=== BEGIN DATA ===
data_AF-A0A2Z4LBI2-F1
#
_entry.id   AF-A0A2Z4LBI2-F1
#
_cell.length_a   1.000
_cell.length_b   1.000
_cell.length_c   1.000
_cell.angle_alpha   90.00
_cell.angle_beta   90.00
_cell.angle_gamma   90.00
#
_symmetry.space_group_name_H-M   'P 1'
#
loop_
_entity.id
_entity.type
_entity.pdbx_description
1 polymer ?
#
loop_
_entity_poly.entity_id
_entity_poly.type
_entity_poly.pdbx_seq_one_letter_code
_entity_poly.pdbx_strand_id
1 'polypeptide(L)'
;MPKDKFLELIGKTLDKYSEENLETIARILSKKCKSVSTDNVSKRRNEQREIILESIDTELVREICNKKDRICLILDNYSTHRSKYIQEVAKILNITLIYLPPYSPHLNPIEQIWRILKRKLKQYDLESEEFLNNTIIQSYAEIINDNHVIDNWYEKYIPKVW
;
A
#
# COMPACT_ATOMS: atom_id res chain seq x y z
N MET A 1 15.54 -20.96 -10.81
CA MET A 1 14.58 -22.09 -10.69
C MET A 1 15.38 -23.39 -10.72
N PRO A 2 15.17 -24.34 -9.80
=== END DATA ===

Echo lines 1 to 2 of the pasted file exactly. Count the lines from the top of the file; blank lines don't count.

data_AF-A0A2Z4LBI2-F1
#